For lack of trusted people having had the experience and familiarity of participating/involving themselves in massive reconstruction and rehabilitation projects, President Benigno Aquino has deemed it wise to name instead former senator Panfilo Lacson to lead this extensive and challenging operation of seeing to it that the areas badly devastated by super typhoon Yolanda, Haiyan will rise again and bring back normality to the lives of its residents.
More than the expertise, and considering the huge amount of funding, both national and foreign, allotted for this undertaking, what is important is that the person considered for the job has not only the ability to plan, lead, organize, control and elicit cooperation from all sectors involved in the project, but also has the honesty, transparency and dogged determination of a no-nonsense individual so that the whole, collective effort will be done and/or be finished in a given time table.
I think Aquino saw Lacson fitting to a T for this particular position and job, based from the latter’s experience and exposure of heading a large organization like the Philippine National Police (PNP) and as a senator of the realm, both positions commanding and demanding respectability and probity.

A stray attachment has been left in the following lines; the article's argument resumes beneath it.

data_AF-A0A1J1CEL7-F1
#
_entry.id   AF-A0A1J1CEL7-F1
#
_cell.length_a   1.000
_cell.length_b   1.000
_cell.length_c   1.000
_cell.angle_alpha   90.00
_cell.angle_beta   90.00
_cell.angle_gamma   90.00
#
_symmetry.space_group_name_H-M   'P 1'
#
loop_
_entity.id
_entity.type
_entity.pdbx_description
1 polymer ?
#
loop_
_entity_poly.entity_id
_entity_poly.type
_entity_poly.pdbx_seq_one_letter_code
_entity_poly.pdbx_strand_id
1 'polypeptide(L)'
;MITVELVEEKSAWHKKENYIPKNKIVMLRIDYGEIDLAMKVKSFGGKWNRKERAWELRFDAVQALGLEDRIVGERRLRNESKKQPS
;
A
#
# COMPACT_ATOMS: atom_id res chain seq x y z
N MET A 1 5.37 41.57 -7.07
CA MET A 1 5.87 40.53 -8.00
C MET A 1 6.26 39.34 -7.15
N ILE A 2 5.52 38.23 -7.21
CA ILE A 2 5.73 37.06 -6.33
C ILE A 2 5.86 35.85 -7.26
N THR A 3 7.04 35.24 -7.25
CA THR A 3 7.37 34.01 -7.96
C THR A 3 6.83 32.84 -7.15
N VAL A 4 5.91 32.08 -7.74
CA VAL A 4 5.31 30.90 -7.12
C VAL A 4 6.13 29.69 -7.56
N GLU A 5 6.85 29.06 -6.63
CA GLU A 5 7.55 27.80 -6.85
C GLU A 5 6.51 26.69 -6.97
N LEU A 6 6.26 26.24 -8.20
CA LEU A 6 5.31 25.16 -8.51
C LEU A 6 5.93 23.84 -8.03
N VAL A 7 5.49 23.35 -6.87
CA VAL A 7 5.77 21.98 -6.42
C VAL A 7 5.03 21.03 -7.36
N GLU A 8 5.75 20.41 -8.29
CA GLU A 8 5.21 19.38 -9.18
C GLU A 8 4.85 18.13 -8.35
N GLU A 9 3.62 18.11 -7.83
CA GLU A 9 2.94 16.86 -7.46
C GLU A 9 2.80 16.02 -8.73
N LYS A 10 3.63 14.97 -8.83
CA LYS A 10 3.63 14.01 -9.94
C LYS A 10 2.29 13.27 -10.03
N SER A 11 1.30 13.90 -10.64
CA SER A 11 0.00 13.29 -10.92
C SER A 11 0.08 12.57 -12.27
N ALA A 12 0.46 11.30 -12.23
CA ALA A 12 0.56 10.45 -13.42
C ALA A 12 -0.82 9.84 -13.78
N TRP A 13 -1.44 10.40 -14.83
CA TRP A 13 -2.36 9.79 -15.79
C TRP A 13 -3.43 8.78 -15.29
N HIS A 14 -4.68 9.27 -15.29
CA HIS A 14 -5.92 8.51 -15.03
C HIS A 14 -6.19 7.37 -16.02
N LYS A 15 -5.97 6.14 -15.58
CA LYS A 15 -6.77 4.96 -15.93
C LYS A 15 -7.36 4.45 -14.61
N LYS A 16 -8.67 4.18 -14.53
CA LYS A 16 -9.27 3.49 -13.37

In accepting the job as rehabilitation czar, which he described as ‘daunting but doable’, Lacson admitted that, not being an architect or an engineer, he was not familiar with reconstruction and rehabilitation works, but the assurances of urban planners and other consultants gave him the confidence that he was up for the job, if he could have them in his team, after all he is equipped with the administrative skill needed to make things happen.
Projects to be undertaken are those involving housing, infrastructure, livelihood, employment opportunities, local facilities and social services.
These will apply to the devastated 171 municipalities, covering 4,971 villages in an area of 25,000 square kilometers and affecting 6.6 million people.
Lacson said he will try to finish at least 85 percent of the job before Aquino steps down from power in June 2016, leaving the rest of the task to local government units.
This is the kind of assurance, if not resoluteness, and help, that matters most to Aquino, politically.
Now you know why Lacson never got lost in Aquino’s radar for a position in his cabinet going towards his last three years in office.